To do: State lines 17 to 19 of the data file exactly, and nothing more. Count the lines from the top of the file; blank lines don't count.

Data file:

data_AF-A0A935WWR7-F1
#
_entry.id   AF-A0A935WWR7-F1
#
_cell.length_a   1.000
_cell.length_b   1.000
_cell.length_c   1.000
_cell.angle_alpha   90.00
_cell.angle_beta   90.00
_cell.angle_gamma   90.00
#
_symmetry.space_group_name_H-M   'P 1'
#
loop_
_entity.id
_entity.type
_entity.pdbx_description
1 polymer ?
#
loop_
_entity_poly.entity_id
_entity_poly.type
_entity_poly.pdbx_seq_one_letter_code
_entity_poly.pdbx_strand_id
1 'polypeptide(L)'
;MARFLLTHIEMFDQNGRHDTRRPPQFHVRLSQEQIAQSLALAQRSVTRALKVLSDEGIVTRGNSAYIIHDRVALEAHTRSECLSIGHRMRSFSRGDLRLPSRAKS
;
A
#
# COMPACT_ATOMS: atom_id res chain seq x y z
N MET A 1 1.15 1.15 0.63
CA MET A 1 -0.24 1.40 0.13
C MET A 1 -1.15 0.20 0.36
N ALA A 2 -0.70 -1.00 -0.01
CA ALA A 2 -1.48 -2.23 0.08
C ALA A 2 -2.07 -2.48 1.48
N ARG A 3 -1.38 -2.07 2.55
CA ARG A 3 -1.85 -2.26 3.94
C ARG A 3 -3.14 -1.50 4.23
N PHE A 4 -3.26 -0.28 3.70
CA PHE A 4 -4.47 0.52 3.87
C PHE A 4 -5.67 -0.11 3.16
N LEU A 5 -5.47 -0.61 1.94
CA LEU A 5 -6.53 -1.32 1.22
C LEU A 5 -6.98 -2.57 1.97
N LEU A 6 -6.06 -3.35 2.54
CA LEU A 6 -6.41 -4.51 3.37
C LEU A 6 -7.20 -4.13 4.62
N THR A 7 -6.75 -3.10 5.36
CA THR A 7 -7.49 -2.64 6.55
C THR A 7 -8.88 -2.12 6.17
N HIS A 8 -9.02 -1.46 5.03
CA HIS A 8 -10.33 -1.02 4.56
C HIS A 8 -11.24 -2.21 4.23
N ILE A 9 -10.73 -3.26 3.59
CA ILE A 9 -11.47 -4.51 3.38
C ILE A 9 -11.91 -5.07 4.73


_entity.pdbx_description
1 polymer ?
#